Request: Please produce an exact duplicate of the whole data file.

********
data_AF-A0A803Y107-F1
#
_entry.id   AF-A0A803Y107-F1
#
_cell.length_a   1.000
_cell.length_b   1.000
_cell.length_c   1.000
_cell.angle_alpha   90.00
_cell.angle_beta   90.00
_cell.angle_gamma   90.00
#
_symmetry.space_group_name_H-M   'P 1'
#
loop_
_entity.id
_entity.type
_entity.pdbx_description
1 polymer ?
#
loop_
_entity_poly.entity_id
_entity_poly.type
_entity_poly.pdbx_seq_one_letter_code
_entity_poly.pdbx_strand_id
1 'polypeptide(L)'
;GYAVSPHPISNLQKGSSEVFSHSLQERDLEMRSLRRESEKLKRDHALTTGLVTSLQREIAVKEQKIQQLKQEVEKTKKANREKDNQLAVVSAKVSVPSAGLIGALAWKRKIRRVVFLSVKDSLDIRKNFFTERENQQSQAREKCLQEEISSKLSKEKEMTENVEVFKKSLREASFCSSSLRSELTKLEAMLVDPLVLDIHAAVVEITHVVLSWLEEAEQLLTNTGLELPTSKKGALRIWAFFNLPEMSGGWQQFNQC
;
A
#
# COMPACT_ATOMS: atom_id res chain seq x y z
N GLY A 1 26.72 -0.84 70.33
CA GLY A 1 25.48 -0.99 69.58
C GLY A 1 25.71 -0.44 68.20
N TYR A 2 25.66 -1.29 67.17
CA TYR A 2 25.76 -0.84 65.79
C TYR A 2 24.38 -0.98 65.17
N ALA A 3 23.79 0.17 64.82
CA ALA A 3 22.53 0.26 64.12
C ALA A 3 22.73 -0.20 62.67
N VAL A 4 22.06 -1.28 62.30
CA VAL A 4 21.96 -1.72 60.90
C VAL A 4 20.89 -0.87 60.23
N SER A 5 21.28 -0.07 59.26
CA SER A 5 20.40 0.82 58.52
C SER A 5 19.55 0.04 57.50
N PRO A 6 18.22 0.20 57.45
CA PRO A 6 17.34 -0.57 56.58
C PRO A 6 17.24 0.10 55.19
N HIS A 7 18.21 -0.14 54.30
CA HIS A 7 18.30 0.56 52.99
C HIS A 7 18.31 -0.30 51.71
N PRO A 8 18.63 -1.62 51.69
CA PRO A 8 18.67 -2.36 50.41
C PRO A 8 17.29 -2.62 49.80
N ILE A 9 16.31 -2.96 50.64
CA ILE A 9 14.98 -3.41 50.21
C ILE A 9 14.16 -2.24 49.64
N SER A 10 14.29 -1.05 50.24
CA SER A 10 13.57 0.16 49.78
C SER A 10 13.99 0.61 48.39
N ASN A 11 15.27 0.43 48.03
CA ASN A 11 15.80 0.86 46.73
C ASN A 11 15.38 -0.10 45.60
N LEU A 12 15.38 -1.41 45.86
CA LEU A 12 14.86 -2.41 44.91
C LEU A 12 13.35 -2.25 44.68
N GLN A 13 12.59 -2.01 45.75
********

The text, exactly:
data_AF-A0A803Y107-F1
#
_entry.id   AF-A0A803Y107-F1
#
_cell.length_a   1.000
_cell.length_b   1.000
_cell.length_c   1.000
_cell.angle_alpha   90.00
_cell.angle_beta   90.00
_cell.angle_gamma   90.00
#
_symmetry.space_group_name_H-M   'P 1'
#
loop_
_entity.id
_entity.type
_entity.pdbx_description
1 polymer ?
#
loop_
_entity_poly.entity_id
_entity_poly.type
_entity_poly.pdbx_seq_one_letter_code
_entity_poly.pdbx_strand_id
1 'polypeptide(L)'
;GYAVSPHPISNLQKGSSEVFSHSLQERDLEMRSLRRESEKLKRDHALTTGLVTSLQREIAVKEQKIQQLKQEVEKTKKANREKDNQLAVVSAKVSVPSAGLIGALAWKRKIRRVVFLSVKDSLDIRKNFFTERENQQSQAREKCLQEEISSKLSKEKEMTENVEVFKKSLREASFCSSSLRSELTKLEAMLVDPLVLDIHAAVVEITHVVLSWLEEAEQLLTNTGLELPTSKKGALRIWAFFNLPEMSGGWQQFNQC
;
A
#
# COMPACT_ATOMS: atom_id res chain seq x y z
N GLY A 1 26.72 -0.84 70.33
CA GLY A 1 25.48 -0.99 69.58
C GLY A 1 25.71 -0.44 68.20
N TYR A 2 25.66 -1.29 67.17
CA TYR A 2 25.76 -0.84 65.79
C TYR A 2 24.38 -0.98 65.17
N ALA A 3 23.79 0.17 64.82
CA ALA A 3 22.53 0.26 64.12
C ALA A 3 22.73 -0.20 62.67
N VAL A 4 22.06 -1.28 62.30
CA VAL A 4 21.96 -1.72 60.90
C VAL A 4 20.89 -0.87 60.23
N SER A 5 21.28 -0.07 59.26
CA SER A 5 20.40 0.82 58.52
C SER A 5 19.55 0.04 57.50
N PRO A 6 18.22 0.20 57.45
CA PRO A 6 17.34 -0.57 56.58
C PRO A 6 17.24 0.10 55.19
N HIS A 7 18.21 -0.14 54.30
CA HIS A 7 18.30 0.56 52.99
C HIS A 7 18.31 -0.30 51.71
N PRO A 8 18.63 -1.62 51.69
CA PRO A 8 18.67 -2.36 50.41
C PRO A 8 17.29 -2.62 49.80
N ILE A 9 16.31 -2.96 50.64
CA ILE A 9 14.98 -3.41 50.21
C ILE A 9 14.16 -2.24 49.64
N SER A 10 14.29 -1.05 50.24
CA SER A 10 13.57 0.16 49.78
C SER A 10 13.99 0.61 48.39
N ASN A 11 15.27 0.43 48.03
CA ASN A 11 15.80 0.86 46.73
C ASN A 11 15.38 -0.10 45.60
N LEU A 12 15.38 -1.41 45.86
CA LEU A 12 14.86 -2.41 44.91
C LEU A 12 13.35 -2.25 44.68
N GLN A 13 12.59 -2.01 45.75